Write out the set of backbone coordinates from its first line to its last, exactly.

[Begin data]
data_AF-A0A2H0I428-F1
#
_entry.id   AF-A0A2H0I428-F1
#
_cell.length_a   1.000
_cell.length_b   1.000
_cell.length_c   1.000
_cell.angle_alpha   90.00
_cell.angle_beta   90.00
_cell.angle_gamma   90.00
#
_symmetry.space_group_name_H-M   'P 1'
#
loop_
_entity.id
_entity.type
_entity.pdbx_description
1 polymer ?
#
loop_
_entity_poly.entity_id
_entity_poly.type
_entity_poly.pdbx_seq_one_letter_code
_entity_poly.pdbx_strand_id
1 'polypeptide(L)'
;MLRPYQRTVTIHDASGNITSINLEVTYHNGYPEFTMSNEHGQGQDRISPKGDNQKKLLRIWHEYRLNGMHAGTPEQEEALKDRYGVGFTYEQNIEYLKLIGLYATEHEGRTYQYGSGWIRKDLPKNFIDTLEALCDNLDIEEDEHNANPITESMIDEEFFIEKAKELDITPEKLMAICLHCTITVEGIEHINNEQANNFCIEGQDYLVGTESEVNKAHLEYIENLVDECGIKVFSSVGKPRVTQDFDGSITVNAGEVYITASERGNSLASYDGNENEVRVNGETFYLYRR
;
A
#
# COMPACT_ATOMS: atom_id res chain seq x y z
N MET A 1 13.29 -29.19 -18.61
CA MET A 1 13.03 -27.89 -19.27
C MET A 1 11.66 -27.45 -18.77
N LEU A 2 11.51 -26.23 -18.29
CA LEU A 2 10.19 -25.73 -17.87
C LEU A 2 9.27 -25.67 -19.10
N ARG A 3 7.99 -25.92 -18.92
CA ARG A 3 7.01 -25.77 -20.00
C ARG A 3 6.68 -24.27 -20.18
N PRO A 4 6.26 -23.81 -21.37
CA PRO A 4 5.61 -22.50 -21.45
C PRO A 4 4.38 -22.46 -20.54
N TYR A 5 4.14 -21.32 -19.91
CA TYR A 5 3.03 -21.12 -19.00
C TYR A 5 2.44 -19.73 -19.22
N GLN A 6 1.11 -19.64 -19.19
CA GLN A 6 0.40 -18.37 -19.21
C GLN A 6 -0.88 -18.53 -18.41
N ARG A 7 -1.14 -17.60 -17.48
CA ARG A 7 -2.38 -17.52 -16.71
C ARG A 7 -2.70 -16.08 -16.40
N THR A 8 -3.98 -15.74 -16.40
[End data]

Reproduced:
data_AF-A0A2H0I428-F1
#
_entry.id   AF-A0A2H0I428-F1
#
_cell.length_a   1.000
_cell.length_b   1.000
_cell.length_c   1.000
_cell.angle_alpha   90.00
_cell.angle_beta   90.00
_cell.angle_gamma   90.00
#
_symmetry.space_group_name_H-M   'P 1'
#
loop_
_entity.id
_entity.type
_entity.pdbx_description
1 polymer ?
#
loop_
_entity_poly.entity_id
_entity_poly.type
_entity_poly.pdbx_seq_one_letter_code
_entity_poly.pdbx_strand_id
1 'polypeptide(L)'
;MLRPYQRTVTIHDASGNITSINLEVTYHNGYPEFTMSNEHGQGQDRISPKGDNQKKLLRIWHEYRLNGMHAGTPEQEEALKDRYGVGFTYEQNIEYLKLIGLYATEHEGRTYQYGSGWIRKDLPKNFIDTLEALCDNLDIEEDEHNANPITESMIDEEFFIEKAKELDITPEKLMAICLHCTITVEGIEHINNEQANNFCIEGQDYLVGTESEVNKAHLEYIENLVDECGIKVFSSVGKPRVTQDFDGSITVNAGEVYITASERGNSLASYDGNENEVRVNGETFYLYRR
;
A
#
# COMPACT_ATOMS: atom_id res chain seq x y z
N MET A 1 13.29 -29.19 -18.61
CA MET A 1 13.03 -27.89 -19.27
C MET A 1 11.66 -27.45 -18.77
N LEU A 2 11.51 -26.23 -18.29
CA LEU A 2 10.19 -25.73 -17.87
C LEU A 2 9.27 -25.67 -19.10
N ARG A 3 7.99 -25.92 -18.92
CA ARG A 3 7.01 -25.77 -20.00
C ARG A 3 6.68 -24.27 -20.18
N PRO A 4 6.26 -23.81 -21.37
CA PRO A 4 5.61 -22.50 -21.45
C PRO A 4 4.38 -22.46 -20.54
N TYR A 5 4.14 -21.32 -19.91
CA TYR A 5 3.03 -21.12 -19.00
C TYR A 5 2.44 -19.73 -19.22
N GLN A 6 1.11 -19.64 -19.19
CA GLN A 6 0.40 -18.37 -19.21
C GLN A 6 -0.88 -18.53 -18.41
N ARG A 7 -1.14 -17.60 -17.48
CA ARG A 7 -2.38 -17.52 -16.71
C ARG A 7 -2.70 -16.08 -16.40
N THR A 8 -3.98 -15.74 -16.40